Blockchain Technology Takes Aim At Fake News
Setting The Stage
Disinformation is nothing new. As long as there has been strategy, there has been disinformation. Methodologies for identifying it have been established and reestablished along with the ebb and flow of power-holders throughout history. It was only a matter of time before the connectivity that defined the rise of globalization was leveraged by malicious social engineers. The identities of main players and the motivations behind their actions are a cause of much speculation. Many have come to the conclusion that one of the most significant lessons from the advent of the fake news debate is that main stream journalism is broken.
Web 2.0 revolutionized traditional reporting in the 1990s and early 2000s. The internet’s advantages over printed newspapers are well known and the trend of disruption continues to evolve. In the early years of digital reporting, editors, the gatekeepers of news journalism, had to account for a new phenomenon, separate from the facts and insight they’d sought to report. In order to survive in a clickable world, media outlets followed the new paradigm: sell your ad space. This highly lucrative business model quickly outpaced the revenue streams generated by readership demand.
A Broken Model
In point of fact, selling ad space and digital content has become the defacto rubric of the times. The free software that most of us use isn’t developed and maintained out of the goodness of Silicon-Valley hearts. Your information is quantified, sold, and taken to the bank. In addition to providing objective coverage, editors now have to drive internet traffic to webpages. The news cycle shortened, along with our attention spans, leading to the current era of journalism in which media outlets seek to distinguish themselves by reporting first and not best. This created an ecosystem in journalism where confirmation bias across the ideological spectrum is tailored to the established beliefs of a consumer, rather than impartial facts being presented to challenge and inform them. This seismic shift is the bedrock that fake news is predicated upon and its continued exploitation is shaking the establishment to the ground.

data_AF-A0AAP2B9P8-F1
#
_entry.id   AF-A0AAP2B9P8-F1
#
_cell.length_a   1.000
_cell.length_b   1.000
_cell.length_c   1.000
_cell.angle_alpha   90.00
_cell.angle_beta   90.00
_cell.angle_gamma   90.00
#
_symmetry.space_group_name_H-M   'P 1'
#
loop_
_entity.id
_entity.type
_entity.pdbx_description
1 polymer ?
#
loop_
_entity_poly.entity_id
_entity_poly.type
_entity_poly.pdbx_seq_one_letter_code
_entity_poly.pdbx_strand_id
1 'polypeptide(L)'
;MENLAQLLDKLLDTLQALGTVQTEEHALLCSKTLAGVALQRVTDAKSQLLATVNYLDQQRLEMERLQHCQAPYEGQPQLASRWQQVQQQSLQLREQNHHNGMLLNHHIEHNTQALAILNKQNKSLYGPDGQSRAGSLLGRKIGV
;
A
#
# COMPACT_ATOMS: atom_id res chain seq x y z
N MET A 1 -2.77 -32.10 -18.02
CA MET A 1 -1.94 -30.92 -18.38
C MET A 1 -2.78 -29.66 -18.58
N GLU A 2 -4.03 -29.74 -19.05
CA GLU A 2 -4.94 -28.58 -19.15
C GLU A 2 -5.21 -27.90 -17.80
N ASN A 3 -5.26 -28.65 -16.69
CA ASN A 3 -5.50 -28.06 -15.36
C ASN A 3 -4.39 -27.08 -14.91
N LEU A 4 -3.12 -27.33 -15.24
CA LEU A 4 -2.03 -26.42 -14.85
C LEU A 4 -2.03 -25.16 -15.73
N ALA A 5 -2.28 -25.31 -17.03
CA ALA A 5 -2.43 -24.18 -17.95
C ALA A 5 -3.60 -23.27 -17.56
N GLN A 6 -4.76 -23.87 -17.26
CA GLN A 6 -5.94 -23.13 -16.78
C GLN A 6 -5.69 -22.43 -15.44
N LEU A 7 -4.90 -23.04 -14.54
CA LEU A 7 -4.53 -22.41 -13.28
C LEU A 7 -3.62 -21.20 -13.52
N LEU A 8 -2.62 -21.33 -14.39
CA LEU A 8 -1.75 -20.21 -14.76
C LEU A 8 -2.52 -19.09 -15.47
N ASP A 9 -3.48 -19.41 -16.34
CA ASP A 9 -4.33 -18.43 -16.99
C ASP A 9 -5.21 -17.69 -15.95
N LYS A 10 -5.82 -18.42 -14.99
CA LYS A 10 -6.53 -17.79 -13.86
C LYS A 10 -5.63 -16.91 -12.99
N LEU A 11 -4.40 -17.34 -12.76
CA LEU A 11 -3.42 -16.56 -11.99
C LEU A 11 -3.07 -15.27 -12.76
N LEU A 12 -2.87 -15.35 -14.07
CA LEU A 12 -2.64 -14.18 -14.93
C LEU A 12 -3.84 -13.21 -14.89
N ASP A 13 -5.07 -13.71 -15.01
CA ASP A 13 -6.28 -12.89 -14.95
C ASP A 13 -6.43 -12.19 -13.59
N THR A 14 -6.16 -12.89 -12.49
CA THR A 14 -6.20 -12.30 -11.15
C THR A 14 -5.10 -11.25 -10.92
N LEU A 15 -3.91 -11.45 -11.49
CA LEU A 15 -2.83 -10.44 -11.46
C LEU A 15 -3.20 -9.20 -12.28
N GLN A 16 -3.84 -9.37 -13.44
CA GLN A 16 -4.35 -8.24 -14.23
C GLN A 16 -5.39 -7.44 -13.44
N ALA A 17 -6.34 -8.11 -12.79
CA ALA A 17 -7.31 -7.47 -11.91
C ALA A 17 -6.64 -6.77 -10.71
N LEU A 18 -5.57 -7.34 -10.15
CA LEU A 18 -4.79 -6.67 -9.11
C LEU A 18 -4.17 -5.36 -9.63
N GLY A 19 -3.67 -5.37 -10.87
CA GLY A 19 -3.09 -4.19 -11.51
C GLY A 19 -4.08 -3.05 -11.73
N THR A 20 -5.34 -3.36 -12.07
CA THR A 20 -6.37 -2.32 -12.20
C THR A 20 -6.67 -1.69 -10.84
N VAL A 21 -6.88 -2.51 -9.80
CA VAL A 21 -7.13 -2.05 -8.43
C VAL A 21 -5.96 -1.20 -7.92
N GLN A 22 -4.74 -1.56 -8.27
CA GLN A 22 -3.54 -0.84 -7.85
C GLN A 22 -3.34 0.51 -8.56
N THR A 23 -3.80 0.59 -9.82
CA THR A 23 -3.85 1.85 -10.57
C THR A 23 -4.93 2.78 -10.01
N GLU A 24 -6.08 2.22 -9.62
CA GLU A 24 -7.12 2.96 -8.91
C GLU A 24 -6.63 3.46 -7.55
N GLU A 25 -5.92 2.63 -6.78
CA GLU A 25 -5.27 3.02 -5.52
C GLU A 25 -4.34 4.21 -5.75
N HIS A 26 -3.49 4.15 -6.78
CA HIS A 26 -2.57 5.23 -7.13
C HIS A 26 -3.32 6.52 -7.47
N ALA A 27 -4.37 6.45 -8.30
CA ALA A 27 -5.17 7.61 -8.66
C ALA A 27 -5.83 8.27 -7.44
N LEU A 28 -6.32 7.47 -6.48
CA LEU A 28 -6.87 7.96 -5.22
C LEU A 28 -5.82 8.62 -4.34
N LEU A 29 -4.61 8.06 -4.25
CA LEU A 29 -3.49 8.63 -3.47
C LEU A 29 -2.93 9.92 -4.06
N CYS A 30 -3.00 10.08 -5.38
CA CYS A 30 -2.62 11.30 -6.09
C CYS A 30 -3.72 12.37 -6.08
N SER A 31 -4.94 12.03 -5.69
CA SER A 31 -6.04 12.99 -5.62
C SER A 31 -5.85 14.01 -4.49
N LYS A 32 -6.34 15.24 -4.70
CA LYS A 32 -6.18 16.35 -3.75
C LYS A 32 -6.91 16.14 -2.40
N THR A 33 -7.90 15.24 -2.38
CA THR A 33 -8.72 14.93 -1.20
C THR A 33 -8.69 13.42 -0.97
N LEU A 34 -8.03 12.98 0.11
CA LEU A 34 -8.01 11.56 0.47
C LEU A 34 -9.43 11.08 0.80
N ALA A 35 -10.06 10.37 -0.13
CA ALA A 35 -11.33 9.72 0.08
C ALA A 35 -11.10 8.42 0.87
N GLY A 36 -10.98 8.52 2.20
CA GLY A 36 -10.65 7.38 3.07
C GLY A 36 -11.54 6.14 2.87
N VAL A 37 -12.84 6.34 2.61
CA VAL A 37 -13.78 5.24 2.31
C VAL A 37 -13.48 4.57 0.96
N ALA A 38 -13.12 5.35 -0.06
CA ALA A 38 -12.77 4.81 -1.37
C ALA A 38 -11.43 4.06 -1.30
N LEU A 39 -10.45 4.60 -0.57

Public outcry has forced major organizations like Facebook into rethinking their media platforms. CEO Mark Zuckerberg has been doing damage control this past week in an attempt to instill user confidence. Most recently, he reached out to his social media base, internally stating:
“We take misinformation seriously. Our goal is to connect people with the stories they find most meaningful, and we know people want accurate information. We’ve been working on this problem for a long time and we take this responsibility seriously. We’ve made significant progress, but there is still more work to be done.”
While it remains unclear how a reactive approach to combating fake news will be effective, Mr. Zuckerberg did elude to the heart of the issue at hand. The resistance to fake news economics is fundamental to winning the fight for the soul of news. However, rewriting the algorithms that match users with “news” related to their interests (also part of the data they capture and sell) represents a fundamental misunderstanding of the problem. The value of a news article should not be dependent on how many people have “clicked through” to view it. That information may be quantifiable by advertisers, but its relation to the news is obvious and its effects are detrimental. Transparency is needed to provide additional information about the news itself. Who to trust and how to trust them is forming the core of new thinking about journalism.